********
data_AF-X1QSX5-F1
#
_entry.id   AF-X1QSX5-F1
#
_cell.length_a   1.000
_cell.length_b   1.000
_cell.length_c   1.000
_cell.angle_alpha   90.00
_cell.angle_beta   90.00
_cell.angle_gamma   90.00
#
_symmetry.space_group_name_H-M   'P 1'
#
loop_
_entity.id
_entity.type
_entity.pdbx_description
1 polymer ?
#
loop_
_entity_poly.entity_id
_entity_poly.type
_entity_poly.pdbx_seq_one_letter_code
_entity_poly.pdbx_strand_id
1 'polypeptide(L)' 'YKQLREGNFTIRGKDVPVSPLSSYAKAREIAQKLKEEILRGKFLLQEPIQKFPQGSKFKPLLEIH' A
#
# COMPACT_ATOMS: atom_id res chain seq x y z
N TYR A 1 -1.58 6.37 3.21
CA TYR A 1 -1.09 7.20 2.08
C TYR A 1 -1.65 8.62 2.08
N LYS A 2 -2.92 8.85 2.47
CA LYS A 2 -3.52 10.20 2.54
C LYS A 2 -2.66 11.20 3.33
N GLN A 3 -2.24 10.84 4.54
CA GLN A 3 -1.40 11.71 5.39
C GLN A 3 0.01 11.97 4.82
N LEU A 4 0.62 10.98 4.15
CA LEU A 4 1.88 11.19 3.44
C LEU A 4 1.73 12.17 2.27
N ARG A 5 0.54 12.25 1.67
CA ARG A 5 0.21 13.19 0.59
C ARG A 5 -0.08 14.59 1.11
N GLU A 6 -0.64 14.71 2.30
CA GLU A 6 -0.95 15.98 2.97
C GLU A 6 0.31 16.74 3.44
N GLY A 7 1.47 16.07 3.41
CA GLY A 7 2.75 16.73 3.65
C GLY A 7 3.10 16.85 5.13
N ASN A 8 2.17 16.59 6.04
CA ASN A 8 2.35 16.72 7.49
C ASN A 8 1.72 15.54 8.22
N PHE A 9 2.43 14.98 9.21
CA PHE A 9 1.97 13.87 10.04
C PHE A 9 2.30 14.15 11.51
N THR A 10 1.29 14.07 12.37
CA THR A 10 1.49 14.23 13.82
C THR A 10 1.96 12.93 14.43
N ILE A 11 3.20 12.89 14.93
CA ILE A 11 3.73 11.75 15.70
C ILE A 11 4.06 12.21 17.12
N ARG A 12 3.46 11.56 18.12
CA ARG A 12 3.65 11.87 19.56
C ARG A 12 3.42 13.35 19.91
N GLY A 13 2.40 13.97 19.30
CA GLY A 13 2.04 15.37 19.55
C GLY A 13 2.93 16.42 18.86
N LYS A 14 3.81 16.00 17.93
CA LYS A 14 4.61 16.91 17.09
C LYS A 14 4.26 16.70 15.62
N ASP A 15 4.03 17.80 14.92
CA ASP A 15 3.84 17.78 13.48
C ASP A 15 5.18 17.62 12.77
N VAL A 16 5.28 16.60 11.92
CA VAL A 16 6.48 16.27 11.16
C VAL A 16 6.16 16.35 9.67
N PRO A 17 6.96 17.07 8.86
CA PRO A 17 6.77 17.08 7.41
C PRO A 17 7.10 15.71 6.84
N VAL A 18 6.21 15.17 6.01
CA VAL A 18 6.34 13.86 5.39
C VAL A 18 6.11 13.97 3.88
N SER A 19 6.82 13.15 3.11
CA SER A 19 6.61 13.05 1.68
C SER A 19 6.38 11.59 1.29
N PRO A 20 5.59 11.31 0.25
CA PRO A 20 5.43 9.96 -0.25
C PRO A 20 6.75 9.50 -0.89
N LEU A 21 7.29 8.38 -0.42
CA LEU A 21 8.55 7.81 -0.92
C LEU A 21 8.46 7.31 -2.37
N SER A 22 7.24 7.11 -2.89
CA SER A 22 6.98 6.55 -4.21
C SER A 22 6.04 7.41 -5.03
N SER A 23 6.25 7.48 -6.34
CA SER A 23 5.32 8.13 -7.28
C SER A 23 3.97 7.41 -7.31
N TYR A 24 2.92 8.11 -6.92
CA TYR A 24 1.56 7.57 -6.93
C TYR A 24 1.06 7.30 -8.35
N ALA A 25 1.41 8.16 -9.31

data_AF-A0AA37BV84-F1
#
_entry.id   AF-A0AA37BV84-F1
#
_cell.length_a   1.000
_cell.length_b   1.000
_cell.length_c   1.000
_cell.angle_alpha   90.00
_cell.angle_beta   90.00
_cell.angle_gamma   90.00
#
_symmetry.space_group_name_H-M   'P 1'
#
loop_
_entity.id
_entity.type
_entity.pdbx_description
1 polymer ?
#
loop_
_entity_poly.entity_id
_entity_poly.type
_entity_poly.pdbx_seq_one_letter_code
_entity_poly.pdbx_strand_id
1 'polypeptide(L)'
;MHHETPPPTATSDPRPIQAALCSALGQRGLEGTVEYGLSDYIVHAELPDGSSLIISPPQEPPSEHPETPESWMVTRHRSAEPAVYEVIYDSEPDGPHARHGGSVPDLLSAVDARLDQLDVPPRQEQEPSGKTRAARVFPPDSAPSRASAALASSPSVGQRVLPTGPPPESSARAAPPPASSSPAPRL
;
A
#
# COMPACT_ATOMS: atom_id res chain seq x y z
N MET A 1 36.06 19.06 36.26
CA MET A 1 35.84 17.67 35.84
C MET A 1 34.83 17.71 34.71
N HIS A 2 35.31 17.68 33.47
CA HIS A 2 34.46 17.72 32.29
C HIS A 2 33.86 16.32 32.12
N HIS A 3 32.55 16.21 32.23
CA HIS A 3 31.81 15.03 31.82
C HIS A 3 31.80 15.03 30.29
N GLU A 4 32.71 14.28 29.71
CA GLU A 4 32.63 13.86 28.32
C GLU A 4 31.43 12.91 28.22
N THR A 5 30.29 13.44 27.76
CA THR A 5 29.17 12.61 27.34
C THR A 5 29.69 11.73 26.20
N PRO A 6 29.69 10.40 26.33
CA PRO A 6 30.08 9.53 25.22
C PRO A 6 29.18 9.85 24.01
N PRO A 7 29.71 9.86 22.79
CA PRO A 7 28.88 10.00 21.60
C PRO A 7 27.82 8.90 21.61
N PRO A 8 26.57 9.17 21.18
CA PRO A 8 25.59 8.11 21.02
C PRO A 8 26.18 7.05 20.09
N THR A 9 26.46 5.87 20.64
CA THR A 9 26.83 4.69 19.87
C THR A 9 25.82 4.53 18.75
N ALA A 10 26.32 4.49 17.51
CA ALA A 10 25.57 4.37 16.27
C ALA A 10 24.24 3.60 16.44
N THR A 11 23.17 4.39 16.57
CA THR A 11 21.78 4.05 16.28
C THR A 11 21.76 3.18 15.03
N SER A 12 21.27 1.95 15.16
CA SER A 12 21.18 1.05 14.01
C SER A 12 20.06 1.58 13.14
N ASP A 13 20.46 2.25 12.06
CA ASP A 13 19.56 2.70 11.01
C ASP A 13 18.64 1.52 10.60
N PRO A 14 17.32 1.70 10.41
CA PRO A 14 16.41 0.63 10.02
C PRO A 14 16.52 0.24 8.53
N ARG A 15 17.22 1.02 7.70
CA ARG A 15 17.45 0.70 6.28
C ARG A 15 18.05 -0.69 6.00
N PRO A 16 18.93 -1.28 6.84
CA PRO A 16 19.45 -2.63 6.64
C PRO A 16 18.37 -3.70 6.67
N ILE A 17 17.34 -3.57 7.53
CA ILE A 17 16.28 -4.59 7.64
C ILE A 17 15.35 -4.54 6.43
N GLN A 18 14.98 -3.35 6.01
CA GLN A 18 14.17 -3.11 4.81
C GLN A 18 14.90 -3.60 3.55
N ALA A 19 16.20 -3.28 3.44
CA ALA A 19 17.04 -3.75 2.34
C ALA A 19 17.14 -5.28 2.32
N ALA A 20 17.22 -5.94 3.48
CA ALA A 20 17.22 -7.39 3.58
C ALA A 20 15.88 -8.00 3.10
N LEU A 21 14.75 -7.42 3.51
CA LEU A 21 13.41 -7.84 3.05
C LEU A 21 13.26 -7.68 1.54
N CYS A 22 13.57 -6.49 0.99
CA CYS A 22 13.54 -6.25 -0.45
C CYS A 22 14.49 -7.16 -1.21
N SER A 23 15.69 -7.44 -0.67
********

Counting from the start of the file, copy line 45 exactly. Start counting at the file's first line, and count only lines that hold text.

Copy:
C GLU A 6 0.31 16.74 3.44